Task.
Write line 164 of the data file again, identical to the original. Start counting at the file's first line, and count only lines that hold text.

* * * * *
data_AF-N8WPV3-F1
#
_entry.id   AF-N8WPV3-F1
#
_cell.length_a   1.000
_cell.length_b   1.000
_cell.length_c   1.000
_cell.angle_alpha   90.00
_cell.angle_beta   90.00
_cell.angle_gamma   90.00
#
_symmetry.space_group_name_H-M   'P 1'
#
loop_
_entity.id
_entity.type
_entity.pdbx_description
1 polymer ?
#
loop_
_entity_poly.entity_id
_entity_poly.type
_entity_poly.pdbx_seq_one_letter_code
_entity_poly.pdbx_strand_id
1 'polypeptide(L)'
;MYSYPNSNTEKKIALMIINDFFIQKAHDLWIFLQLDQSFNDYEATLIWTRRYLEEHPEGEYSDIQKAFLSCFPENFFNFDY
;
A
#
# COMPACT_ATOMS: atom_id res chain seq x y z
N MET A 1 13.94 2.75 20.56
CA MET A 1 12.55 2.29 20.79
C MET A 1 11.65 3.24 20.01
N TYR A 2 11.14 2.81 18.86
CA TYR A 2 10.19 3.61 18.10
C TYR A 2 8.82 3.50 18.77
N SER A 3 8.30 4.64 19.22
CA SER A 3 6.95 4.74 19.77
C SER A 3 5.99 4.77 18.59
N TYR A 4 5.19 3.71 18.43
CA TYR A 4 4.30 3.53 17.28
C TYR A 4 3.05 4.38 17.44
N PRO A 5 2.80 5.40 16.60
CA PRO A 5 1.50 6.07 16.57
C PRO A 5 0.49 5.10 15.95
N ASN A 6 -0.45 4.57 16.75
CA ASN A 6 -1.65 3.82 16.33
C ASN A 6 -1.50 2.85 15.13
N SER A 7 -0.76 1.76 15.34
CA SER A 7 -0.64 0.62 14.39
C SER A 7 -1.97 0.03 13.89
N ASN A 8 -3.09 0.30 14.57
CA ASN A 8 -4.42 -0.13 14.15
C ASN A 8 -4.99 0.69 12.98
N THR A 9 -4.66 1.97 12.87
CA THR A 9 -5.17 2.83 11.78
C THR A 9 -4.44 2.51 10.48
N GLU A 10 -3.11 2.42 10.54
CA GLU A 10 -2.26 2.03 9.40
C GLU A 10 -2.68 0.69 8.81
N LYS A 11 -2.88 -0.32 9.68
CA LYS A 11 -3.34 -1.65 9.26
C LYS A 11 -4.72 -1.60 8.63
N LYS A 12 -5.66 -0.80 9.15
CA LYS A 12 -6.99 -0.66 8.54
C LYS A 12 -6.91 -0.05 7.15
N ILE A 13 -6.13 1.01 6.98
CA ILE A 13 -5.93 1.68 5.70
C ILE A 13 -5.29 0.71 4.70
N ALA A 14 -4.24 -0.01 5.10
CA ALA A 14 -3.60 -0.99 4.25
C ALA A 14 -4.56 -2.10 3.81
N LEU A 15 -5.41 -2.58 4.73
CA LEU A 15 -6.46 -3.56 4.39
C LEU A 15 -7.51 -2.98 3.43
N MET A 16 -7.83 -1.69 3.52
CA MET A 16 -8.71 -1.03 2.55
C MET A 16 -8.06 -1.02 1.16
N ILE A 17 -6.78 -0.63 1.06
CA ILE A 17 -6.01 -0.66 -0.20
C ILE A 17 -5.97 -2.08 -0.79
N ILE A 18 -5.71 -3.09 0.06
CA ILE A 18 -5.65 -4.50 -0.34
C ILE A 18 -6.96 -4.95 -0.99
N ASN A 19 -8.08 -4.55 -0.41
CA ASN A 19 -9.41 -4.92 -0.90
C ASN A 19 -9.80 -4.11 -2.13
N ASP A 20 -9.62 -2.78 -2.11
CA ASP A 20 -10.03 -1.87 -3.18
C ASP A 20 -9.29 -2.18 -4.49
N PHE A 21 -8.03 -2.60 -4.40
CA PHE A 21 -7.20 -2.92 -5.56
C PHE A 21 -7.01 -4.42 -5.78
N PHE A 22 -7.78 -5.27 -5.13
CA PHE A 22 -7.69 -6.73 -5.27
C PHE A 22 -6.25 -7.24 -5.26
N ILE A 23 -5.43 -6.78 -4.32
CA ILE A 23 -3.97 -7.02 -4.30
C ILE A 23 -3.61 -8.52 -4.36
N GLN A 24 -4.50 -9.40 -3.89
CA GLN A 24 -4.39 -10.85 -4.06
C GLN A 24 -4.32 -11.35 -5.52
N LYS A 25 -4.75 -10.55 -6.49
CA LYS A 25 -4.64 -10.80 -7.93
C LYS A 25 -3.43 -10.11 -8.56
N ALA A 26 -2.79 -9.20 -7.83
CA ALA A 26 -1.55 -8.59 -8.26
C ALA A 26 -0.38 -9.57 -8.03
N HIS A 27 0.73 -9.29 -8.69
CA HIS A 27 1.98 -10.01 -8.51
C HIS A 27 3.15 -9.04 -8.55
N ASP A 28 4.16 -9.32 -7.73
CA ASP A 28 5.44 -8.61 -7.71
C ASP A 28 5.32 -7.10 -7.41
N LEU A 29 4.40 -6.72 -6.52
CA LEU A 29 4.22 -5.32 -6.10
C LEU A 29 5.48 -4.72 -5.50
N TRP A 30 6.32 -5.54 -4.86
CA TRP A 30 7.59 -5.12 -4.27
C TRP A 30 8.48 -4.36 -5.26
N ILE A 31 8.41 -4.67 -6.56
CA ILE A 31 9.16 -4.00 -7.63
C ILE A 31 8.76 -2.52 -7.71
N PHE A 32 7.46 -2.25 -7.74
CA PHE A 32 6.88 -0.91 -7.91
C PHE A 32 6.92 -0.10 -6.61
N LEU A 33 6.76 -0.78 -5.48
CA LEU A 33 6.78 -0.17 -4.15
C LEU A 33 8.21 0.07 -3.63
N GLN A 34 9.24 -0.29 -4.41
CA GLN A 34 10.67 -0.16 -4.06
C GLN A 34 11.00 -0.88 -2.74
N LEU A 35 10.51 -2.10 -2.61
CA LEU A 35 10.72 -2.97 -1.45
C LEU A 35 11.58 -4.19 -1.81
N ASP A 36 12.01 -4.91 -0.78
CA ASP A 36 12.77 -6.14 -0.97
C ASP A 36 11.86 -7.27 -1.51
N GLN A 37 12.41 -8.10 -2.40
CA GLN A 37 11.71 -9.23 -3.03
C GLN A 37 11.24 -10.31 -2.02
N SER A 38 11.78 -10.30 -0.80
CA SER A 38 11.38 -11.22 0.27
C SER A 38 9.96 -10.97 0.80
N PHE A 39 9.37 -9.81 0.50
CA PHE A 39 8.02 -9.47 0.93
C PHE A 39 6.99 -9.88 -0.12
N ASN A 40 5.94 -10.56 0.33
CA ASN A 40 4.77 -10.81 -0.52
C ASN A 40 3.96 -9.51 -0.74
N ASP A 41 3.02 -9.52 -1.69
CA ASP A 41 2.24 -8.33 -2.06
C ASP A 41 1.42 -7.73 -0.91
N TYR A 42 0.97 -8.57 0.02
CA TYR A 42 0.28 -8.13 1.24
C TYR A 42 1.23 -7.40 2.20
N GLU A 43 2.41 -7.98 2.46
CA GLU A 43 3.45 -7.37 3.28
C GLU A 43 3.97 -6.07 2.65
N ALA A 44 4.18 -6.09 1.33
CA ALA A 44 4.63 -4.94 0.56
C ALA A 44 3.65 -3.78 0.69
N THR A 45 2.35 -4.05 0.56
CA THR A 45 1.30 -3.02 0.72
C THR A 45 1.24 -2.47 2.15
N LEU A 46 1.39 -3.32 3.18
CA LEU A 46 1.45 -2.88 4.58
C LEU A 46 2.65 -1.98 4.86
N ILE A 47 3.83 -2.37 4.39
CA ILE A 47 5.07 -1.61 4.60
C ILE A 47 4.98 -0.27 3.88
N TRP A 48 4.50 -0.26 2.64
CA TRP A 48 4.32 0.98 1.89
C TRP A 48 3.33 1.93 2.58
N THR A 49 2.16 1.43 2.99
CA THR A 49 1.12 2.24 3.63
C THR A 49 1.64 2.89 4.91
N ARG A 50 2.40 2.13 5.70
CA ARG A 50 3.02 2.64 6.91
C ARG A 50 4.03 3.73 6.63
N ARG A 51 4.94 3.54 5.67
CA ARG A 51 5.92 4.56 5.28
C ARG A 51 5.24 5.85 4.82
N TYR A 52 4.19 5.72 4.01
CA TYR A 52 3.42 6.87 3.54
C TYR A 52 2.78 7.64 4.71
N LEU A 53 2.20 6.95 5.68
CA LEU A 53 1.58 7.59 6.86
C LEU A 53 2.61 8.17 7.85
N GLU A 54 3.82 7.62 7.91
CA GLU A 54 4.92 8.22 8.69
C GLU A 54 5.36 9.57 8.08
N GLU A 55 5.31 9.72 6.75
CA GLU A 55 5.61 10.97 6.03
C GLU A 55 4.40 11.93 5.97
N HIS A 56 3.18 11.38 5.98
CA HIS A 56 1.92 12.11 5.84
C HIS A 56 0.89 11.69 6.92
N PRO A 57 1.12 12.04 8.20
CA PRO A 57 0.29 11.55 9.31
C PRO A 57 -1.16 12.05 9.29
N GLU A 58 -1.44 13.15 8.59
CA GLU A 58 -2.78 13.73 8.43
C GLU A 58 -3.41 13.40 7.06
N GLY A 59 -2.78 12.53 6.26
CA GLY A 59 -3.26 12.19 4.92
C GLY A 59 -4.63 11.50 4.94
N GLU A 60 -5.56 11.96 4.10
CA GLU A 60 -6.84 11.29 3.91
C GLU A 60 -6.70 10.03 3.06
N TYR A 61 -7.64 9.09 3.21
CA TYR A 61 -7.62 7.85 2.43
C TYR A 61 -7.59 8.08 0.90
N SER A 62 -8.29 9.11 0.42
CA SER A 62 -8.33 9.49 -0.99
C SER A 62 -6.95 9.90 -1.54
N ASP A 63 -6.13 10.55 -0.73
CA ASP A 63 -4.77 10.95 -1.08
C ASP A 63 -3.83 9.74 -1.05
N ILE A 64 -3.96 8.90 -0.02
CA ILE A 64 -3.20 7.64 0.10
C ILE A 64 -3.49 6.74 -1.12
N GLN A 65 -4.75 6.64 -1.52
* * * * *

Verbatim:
CA THR A 45 1.30 -3.02 0.72